On November 6, 1974, the contents of a letter written by the late Sam Rice to the Hall of Fame are revealed in Cooperstown, New York. In the letter, Rice, who had instructed the letter be opened after his death, says that he did successfully make a disputed catch in the 1925 World Series.

From his SABR Biography – Game 3 1925 World Series –

Game 3 of the 1925 series was played in Washington amidst cold and windy conditions before a crowd of 36,495 that included U.S. President Calvin Coolidge and his wife, many other national dignitaries, and Commissioner Kenesaw Mountain Landis. The demand for seats was so large that temporary stands were erected in right field, separated from the field of play by a four-foot tall wooden fence. The Nationals had taken the lead at 4-3 in the bottom of the seventh inning of a hard fought battle between the two clubs. Starting the eighth, Ed McNeely, who had entered the game as a pinch runner the inning before, took over defensively in center field, which moved Rice, who had begun the game in center, to right. Firpo Marberry replaced starter Alex Ferguson on the mound and opened the inning by striking out the first two Pirates he faced. The next batter, catcher Earl Smith, drove Marberry’s two-ball, two-strike offering hard towards the temporary seats in right center. Rice sprinted toward the ball, leaped short of the fence and made a backhand grab, tumbling head over heels into the stands immediately after the catch. He did not emerge until a few seconds later, clutching the ball overhead in his gloved hand. Umpire Charlie (Cy) Rigler, who had raced to the fence from his position at second base, signaled Smith out. An intense rhubarb followed. Pittsburgh Manager Bill McKechnie, owner Barney Dreyfuss (who leaped onto the field from his seat in the stands), and a host of Pirate players raced across the field to claim that Rice had not held on to the ball after falling into the stands. The four umpires conferred, satisfied themselves that Rice had made a legal catch, and confirmed Rigler’s ruling that Smith was out. The Nationals held their lead in the ninth and took a 2-1 game lead in the series.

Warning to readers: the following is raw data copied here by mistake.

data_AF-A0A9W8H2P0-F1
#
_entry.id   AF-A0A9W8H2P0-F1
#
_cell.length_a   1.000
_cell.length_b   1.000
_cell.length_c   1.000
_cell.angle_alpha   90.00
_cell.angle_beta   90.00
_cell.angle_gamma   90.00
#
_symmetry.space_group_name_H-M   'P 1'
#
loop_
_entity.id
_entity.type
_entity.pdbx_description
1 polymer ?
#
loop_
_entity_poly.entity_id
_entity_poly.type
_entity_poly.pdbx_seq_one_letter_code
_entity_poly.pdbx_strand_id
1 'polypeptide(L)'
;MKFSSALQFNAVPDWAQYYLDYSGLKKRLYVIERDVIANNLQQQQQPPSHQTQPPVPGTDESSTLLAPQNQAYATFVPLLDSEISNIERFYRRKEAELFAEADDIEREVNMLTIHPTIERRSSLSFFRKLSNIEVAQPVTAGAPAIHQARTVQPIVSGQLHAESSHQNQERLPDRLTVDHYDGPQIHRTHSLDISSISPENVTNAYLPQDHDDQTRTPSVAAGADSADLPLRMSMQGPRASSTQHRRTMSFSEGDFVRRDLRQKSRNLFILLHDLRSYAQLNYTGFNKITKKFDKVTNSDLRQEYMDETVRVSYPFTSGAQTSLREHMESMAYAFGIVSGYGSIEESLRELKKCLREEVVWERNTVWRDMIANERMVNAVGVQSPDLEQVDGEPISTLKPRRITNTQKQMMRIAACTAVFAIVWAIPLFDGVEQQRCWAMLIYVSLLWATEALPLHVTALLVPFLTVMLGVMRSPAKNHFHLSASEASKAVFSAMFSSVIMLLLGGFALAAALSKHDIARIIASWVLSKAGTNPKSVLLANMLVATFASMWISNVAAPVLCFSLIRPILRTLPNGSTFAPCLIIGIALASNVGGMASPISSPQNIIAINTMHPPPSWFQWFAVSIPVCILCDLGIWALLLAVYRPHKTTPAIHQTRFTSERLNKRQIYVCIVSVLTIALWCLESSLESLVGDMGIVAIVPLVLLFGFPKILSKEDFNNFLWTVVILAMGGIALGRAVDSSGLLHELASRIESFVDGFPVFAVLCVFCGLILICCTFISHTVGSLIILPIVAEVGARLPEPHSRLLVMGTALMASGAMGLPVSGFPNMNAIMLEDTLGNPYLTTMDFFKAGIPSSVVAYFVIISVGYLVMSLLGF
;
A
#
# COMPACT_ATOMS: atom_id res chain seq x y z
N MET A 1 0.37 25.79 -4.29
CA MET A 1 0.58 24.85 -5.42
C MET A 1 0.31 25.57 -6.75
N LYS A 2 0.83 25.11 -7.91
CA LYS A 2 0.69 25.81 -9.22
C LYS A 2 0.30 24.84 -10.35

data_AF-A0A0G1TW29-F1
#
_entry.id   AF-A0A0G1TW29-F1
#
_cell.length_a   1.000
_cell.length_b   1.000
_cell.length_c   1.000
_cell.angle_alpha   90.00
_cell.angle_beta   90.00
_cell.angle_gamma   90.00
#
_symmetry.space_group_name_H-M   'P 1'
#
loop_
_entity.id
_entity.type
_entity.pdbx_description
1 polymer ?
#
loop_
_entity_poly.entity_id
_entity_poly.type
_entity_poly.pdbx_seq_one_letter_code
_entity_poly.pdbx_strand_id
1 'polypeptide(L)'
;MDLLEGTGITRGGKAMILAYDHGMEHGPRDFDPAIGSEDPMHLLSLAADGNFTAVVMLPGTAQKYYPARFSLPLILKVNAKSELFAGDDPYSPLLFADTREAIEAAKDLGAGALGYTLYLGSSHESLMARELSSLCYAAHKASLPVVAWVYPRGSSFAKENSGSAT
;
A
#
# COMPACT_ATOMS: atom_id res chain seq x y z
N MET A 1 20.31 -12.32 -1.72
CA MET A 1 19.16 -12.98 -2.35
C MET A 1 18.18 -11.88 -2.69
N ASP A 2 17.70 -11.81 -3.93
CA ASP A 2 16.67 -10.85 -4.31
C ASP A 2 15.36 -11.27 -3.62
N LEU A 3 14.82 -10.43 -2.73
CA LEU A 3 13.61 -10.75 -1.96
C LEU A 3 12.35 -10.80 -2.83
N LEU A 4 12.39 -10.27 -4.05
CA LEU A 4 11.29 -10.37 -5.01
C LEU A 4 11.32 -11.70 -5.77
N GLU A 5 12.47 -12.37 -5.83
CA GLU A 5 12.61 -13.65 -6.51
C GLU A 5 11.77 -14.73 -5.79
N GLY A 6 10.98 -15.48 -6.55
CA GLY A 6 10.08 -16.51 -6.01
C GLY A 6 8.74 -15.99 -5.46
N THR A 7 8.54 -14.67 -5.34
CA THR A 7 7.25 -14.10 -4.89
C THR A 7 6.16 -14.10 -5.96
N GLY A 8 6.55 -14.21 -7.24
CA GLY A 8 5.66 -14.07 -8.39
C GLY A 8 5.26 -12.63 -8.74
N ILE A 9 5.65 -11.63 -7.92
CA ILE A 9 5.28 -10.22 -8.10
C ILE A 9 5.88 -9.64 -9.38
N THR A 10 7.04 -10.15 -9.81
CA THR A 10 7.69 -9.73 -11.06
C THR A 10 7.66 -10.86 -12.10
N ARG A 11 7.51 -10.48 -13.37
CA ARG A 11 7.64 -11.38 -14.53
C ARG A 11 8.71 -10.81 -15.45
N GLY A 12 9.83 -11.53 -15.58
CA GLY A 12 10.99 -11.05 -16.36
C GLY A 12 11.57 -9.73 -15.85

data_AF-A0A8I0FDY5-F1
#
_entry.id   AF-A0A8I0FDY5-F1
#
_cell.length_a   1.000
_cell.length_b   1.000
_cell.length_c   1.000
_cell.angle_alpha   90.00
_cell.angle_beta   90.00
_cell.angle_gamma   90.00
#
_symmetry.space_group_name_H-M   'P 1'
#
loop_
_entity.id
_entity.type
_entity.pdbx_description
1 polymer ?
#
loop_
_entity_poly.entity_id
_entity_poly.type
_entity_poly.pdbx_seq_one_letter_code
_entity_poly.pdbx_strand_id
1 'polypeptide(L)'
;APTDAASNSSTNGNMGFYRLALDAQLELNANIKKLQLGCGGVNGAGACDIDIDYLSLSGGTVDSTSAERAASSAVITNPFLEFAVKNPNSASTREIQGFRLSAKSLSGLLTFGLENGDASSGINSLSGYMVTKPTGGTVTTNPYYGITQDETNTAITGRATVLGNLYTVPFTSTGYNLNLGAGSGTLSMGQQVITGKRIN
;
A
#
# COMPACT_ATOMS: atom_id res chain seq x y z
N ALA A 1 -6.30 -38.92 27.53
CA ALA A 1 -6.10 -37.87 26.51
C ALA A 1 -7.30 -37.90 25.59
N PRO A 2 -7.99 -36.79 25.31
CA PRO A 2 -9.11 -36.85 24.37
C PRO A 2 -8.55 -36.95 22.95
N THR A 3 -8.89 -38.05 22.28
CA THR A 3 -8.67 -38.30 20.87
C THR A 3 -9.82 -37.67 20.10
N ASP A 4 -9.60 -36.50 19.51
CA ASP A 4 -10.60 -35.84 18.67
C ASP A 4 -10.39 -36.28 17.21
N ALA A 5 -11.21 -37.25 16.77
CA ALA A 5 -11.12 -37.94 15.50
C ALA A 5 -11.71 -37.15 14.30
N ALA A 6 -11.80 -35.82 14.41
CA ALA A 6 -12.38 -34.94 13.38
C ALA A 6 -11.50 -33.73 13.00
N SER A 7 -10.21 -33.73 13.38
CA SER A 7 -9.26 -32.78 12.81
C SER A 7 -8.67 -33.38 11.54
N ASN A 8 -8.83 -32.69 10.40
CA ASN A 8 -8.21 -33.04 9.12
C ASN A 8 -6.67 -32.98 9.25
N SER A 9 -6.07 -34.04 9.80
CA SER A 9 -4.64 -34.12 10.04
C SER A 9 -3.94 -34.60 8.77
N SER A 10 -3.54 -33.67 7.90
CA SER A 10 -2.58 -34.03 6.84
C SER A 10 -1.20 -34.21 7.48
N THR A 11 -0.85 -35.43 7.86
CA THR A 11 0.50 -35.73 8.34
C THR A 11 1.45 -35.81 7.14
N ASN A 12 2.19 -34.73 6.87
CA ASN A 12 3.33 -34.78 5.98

The letter which originally thought it either didn’t exist or was lost was eventually found, it was dated Monday, July 26, 1965 and it read:

It was a cold and windy day; the right field bleachers were crowded with people in overcoats and wrapped in blankets, the ball was a line drive headed for the bleachers towards right center, I turned slightly to my right and had the ball in view all the way. Going at top speed and about 15 feet from [the] bleachers jumped as high as I could and back handed and the ball hit the center of pocket in glove (I had a death grip on it). I hit the ground above five feet from a barrier about four feet high in front of the bleachers with all my breaks on but couldn’t stop so I tried to jump it to land in the crowd but my feet hit the barrier about a foot from top and I toppled over on my stomach into first row of bleachers, I hit my Adams apple on something which sort of knocked me out for a few seconds but [Earl] McNeely arrived about that time and grabbed me by the shirt and pulled me out. I remember trotting back toward the infield still carrying the ball for about halfway and then tossed it towards the pitcher’s mound. (How I have wished many times I had kept it). At no time did I lose possession of the ball. Sam Rice.